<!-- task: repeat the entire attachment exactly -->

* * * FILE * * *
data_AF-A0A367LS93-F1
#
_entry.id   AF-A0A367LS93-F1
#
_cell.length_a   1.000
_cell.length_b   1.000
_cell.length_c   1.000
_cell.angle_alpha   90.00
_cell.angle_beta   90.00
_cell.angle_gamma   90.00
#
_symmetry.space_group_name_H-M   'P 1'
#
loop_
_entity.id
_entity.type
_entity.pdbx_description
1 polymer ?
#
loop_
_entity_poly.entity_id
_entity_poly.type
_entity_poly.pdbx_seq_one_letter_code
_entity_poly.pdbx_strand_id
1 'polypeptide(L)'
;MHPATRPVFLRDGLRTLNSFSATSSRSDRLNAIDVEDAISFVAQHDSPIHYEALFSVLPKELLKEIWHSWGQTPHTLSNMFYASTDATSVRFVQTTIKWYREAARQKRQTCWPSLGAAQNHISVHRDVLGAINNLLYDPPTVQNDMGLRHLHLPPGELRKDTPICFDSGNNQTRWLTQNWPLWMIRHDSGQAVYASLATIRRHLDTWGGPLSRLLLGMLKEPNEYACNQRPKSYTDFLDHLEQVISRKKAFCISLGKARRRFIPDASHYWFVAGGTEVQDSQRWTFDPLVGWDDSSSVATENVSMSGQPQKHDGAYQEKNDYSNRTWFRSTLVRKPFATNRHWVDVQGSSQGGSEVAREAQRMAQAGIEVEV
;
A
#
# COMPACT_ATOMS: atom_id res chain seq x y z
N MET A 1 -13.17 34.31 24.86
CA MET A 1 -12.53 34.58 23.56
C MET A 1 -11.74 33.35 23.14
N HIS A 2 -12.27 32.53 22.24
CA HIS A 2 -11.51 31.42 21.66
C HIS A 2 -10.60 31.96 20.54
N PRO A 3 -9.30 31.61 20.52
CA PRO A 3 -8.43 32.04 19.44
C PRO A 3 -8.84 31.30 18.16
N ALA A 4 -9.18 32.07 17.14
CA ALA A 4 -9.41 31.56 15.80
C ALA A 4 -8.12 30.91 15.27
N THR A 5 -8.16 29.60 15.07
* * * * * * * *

data_AF-A0A367LS93-F1
#
_entry.id   AF-A0A367LS93-F1
#
_cell.length_a   1.000
_cell.length_b   1.000
_cell.length_c   1.000
_cell.angle_alpha   90.00
_cell.angle_beta   90.00
_cell.angle_gamma   90.00
#
_symmetry.space_group_name_H-M   'P 1'
#
loop_
_entity.id
_entity.type
_entity.pdbx_description
1 polymer ?
#
loop_
_entity_poly.entity_id
_entity_poly.type
_entity_poly.pdbx_seq_one_letter_code
_entity_poly.pdbx_strand_id
1 'polypeptide(L)'
;MHPATRPVFLRDGLRTLNSFSATSSRSDRLNAIDVEDAISFVAQHDSPIHYEALFSVLPKELLKEIWHSWGQTPHTLSNMFYASTDATSVRFVQTTIKWYREAARQKRQTCWPSLGAAQNHISVHRDVLGAINNLLYDPPTVQNDMGLRHLHLPPGELRKDTPICFDSGNNQTRWLTQNWPLWMIRHDSGQAVYASLATIRRHLDTWGGPLSRLLLGMLKEPNEYACNQRPKSYTDFLDHLEQVISRKKAFCISLGKARRRFIPDASHYWFVAGGTEVQDSQRWTFDPLVGWDDSSSVATENVSMSGQPQKHDGAYQEKNDYSNRTWFRSTLVRKPFATNRHWVDVQGSSQGGSEVAREAQRMAQAGIEVEV
;
A
#
# COMPACT_ATOMS: atom_id res chain seq x y z
N MET A 1 -13.17 34.31 24.86
CA MET A 1 -12.53 34.58 23.56
C MET A 1 -11.74 33.35 23.14
N HIS A 2 -12.27 32.53 22.24
CA HIS A 2 -11.51 31.42 21.66
C HIS A 2 -10.60 31.96 20.54
N PRO A 3 -9.30 31.61 20.52
CA PRO A 3 -8.43 32.04 19.44
C PRO A 3 -8.84 31.30 18.16
N ALA A 4 -9.18 32.07 17.14
CA ALA A 4 -9.41 31.56 15.80
C ALA A 4 -8.12 30.91 15.27
N THR A 5 -8.16 29.60 15.07